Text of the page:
From Sven Gregori on Hackaday.io:
the USB MIDI keyboard dedicated to play all the four chord songs, from Adele via Green Day and Red Hot Chilli Peppers to U2 and Weezer. Thanks to MIDI, you can be any instrument – and all of them at once. Yay!
Built around an AVR ATmega328 and Objective Development’s V-USB library
, 4chord MIDI acts as a regular USB MIDI instrument. It supports playback in every key and five different playback modes:
- simple triad chord (root, third, fifth)
- triad chord + third + fifth + third as quarter notes
- triad chord + third + fifth + octave as quarter notes
- root note + third + fifth + third as quarter notes
- root note + third + fifth + octave as quarter notes
The playback tempo can be set between 60 and 240 bpm.
Here is the board in action:
The design files and source code are available on GitHub:
From Nick Sayer on Hackaday.io:
This allows you to securely transport a data set by writing it onto a pair of cards and separately transporting them to a destination for recombination.
The intent is that only the pairing of two cards becomes in any way special. A card pair could be inserted in any Orthrus device and the data would be made available. But with only one card, all you get is half of the data encrypted with a key which you only half-possess.
The firmware source code is available on GitHub:
The assembled board is available on Tindie:
From Clayton G. Hobbs on Hackaday.io:
USB Power Delivery for everyone
USB Power Delivery is a cool standard for getting lots of power—up to 100 W—from a USB Type-C port. Being an open standard for supplying enough power to charge phones, laptops, and just about anything else under the sun, USB PD is poised to greatly reduce the amount of e-waste produced worldwide from obsolete proprietary chargers. Unfortunately, like all USB standards, it’s quite complex, putting it out of reach of the average electronics hobbyist.
PD Buddy Sink solves this problem, letting any hacker or maker use USB PD in their projects. Think of it as a smart power jack. To use it, first configure a voltage and current via the USB configuration interface. Then whenever the Sink is plugged in to a USB PD power supply, it negotiates the power your project needs and provides it on the output connector.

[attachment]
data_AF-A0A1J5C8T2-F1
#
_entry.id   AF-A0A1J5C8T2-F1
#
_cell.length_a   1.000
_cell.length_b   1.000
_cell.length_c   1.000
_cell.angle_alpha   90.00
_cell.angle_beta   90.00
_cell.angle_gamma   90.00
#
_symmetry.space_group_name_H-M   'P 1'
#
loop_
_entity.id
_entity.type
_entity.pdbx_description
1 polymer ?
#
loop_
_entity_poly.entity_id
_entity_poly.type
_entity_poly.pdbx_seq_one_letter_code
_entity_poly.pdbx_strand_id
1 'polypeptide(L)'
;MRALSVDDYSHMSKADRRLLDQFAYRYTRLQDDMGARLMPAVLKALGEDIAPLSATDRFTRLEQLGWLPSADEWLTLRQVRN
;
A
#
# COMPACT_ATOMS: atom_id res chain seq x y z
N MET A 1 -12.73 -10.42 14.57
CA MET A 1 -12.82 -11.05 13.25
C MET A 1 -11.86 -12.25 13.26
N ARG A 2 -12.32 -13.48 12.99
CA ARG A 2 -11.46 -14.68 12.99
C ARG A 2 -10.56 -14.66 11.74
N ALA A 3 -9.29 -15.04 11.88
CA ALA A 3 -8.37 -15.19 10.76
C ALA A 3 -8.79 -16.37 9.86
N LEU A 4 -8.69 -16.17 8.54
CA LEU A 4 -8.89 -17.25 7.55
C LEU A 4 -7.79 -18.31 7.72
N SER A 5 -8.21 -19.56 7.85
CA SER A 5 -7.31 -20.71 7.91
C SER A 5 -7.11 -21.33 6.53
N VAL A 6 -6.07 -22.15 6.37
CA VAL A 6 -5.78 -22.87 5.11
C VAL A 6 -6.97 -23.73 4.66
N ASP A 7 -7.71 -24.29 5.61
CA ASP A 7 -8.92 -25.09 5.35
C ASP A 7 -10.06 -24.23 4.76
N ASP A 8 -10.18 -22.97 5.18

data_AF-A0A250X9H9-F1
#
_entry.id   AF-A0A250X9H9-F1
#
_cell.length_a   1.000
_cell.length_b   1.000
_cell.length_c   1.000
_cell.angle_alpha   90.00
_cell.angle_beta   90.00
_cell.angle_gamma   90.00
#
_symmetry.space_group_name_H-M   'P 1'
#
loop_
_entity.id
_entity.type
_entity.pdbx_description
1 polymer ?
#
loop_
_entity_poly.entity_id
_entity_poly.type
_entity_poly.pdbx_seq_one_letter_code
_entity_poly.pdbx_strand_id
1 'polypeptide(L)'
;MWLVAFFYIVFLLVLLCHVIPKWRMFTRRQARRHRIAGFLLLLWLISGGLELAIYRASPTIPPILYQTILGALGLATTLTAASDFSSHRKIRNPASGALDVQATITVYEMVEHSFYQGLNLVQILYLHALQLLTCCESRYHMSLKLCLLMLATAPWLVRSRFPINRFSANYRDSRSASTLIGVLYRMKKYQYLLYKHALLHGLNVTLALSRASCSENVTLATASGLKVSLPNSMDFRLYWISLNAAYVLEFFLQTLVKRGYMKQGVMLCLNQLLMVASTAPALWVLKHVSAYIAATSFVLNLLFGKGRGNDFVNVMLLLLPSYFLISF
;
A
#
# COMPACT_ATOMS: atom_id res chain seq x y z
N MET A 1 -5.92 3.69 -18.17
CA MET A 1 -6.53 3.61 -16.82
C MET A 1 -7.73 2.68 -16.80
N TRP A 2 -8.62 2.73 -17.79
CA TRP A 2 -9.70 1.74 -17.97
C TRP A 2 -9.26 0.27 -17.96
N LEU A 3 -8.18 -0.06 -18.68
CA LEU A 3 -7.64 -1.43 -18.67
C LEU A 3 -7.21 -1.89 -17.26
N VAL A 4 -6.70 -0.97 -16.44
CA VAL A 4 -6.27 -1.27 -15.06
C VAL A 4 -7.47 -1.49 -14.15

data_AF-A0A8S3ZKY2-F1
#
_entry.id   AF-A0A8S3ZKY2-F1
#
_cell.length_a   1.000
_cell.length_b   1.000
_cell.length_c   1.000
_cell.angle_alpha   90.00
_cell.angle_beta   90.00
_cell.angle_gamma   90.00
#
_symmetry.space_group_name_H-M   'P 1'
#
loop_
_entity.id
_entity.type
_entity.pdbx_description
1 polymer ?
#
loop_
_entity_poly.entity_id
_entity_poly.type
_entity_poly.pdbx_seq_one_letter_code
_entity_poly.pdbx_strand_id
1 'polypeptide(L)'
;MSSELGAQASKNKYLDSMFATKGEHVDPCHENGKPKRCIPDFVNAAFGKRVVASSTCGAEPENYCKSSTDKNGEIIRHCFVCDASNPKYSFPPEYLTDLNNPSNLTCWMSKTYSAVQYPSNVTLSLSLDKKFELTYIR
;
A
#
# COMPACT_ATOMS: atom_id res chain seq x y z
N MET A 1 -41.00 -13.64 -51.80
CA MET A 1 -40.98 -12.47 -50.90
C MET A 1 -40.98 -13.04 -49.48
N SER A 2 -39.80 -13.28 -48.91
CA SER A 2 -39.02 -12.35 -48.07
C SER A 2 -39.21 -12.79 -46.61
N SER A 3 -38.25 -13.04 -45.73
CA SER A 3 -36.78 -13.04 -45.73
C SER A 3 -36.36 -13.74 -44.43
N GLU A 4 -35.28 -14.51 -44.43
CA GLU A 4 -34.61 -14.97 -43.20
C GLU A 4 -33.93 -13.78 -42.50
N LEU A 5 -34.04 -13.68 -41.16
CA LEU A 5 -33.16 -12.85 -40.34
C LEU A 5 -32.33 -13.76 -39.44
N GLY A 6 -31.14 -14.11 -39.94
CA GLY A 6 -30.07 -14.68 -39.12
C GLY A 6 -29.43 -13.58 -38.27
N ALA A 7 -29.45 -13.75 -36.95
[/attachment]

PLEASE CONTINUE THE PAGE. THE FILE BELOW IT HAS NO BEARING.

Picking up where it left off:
The KiCad design files are available on his website:
From K.C. Lee on Hackaday.io:
A low cost hardware dongle for capturing and analyzing Full Speed (12Mbps) traffic using ARM microcontroller
The board has been shared project by FPGA-Computer on OSH Park:
chmod775 on Hackaday.io designed this simple 3D Printed USB Connector compatible with PCBs from OSH Park:
I’ve made this 3D USB Connector because I want to remove the chunky and complex standard metal USB Connector from my new upcoming project.
The design it’s made to be simple and with the height reference from the OSHP ark PCB’s.
Teensy creator Paul Stoffregen designed this board to momentarily disconnect a USB device:
This simple board plugs inline with a USB cable. It always passes the 5V power and normally passes the USB data signals. But when you press the button, the USB data signals are momentarily disconnected.
For the last few months I’ve been developing a USB Host Library
for powerful but complex EHCI USB port in Teensy 3.6 [..]
Reaching over to physically unplug the USB cable gets old quickly! Really, really old, both hands off my keyboard… right when trying to focus [..]
I made this handy little board with a proper USB 2.0 high speed mux chip. The control signal is just 3.3V logic, so I might even wire it up to something to automate the process.